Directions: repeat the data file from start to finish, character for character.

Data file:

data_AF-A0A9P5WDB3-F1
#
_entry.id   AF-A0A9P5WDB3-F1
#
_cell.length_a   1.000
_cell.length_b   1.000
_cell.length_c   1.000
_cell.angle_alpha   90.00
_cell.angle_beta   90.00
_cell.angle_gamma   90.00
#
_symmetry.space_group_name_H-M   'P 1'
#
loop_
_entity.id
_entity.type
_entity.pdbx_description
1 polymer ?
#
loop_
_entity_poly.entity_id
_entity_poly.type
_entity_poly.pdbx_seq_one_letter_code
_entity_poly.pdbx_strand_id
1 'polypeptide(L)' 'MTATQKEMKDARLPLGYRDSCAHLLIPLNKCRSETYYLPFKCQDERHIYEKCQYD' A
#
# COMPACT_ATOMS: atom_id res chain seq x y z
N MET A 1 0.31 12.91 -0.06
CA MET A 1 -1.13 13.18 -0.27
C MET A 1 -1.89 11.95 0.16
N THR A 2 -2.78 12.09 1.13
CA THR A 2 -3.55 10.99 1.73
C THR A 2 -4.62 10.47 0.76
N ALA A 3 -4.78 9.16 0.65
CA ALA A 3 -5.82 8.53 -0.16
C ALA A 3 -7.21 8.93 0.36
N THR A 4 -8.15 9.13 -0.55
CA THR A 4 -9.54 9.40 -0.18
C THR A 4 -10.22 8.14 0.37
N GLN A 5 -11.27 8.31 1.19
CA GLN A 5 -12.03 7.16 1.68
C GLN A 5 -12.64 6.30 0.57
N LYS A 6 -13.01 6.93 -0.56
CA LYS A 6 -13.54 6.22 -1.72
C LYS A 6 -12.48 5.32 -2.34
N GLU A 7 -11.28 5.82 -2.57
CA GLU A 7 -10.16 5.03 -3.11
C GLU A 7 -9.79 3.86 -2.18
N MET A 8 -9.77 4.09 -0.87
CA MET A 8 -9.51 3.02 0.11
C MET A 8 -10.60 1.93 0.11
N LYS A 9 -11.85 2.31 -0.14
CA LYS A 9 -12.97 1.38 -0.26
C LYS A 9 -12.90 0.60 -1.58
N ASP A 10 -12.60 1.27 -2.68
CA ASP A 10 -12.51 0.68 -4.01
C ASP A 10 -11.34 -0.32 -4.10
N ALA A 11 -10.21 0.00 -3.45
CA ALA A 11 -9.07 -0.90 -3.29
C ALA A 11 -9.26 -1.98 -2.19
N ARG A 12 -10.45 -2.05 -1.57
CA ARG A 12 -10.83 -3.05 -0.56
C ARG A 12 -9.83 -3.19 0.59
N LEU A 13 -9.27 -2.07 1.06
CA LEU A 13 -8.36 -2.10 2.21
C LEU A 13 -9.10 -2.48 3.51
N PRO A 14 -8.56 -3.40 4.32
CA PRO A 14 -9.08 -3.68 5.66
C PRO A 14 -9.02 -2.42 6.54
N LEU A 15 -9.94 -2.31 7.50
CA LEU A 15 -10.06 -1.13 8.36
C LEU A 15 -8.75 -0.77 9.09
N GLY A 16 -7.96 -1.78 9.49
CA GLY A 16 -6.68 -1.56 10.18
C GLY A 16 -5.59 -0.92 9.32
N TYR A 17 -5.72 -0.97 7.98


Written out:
data_AF-A0A9P5WDB3-F1
#
_entry.id   AF-A0A9P5WDB3-F1
#
_cell.length_a   1.000
_cell.length_b   1.000
_cell.length_c   1.000
_cell.angle_alpha   90.00
_cell.angle_beta   90.00
_cell.angle_gamma   90.00
#
_symmetry.space_group_name_H-M   'P 1'
#
loop_
_entity.id
_entity.type
_entity.pdbx_description
1 polymer ?
#
loop_
_entity_poly.entity_id
_entity_poly.type
_entity_poly.pdbx_seq_one_letter_code
_entity_poly.pdbx_strand_id
1 'polypeptide(L)' 'MTATQKEMKDARLPLGYRDSCAHLLIPLNKCRSETYYLPFKCQDERHIYEKCQYD' A
#
# COMPACT_ATOMS: atom_id res chain seq x y z
N MET A 1 0.31 12.91 -0.06
CA MET A 1 -1.13 13.18 -0.27
C MET A 1 -1.89 11.95 0.16
N THR A 2 -2.78 12.09 1.13
CA THR A 2 -3.55 10.99 1.73
C THR A 2 -4.62 10.47 0.76
N ALA A 3 -4.78 9.16 0.65
CA ALA A 3 -5.82 8.53 -0.16
C ALA A 3 -7.21 8.93 0.36
N THR A 4 -8.15 9.13 -0.55
CA THR A 4 -9.54 9.40 -0.18
C THR A 4 -10.22 8.14 0.37
N GLN A 5 -11.27 8.31 1.19
CA GLN A 5 -12.03 7.16 1.68
C GLN A 5 -12.64 6.30 0.57
N LYS A 6 -13.01 6.93 -0.56
CA LYS A 6 -13.54 6.22 -1.72
C LYS A 6 -12.48 5.32 -2.34
N GLU A 7 -11.28 5.82 -2.57
CA GLU A 7 -10.16 5.03 -3.11
C GLU A 7 -9.79 3.86 -2.18
N MET A 8 -9.77 4.09 -0.87
CA MET A 8 -9.51 3.02 0.11
C MET A 8 -10.60 1.93 0.11
N LYS A 9 -11.85 2.31 -0.14
CA LYS A 9 -12.97 1.38 -0.26
C LYS A 9 -12.90 0.60 -1.58
N ASP A 10 -12.60 1.27 -2.68
CA ASP A 10 -12.51 0.68 -4.01
C ASP A 10 -11.34 -0.32 -4.10
N ALA A 11 -10.21 0.00 -3.45
CA ALA A 11 -9.07 -0.90 -3.29
C ALA A 11 -9.26 -1.98 -2.19
N ARG A 12 -10.45 -2.05 -1.57
CA ARG A 12 -10.83 -3.05 -0.56
C ARG A 12 -9.83 -3.19 0.59
N LEU A 13 -9.27 -2.07 1.06
CA LEU A 13 -8.36 -2.10 2.21
C LEU A 13 -9.10 -2.48 3.51
N PRO A 14 -8.56 -3.40 4.32
CA PRO A 14 -9.08 -3.68 5.66
C PRO A 14 -9.02 -2.42 6.54
N LEU A 15 -9.94 -2.31 7.50
CA LEU A 15 -10.06 -1.13 8.36
C LEU A 15 -8.75 -0.77 9.09
N GLY A 16 -7.96 -1.78 9.49
CA GLY A 16 -6.68 -1.56 10.18
C GLY A 16 -5.59 -0.92 9.32
N TYR A 17 -5.72 -0.97 7.98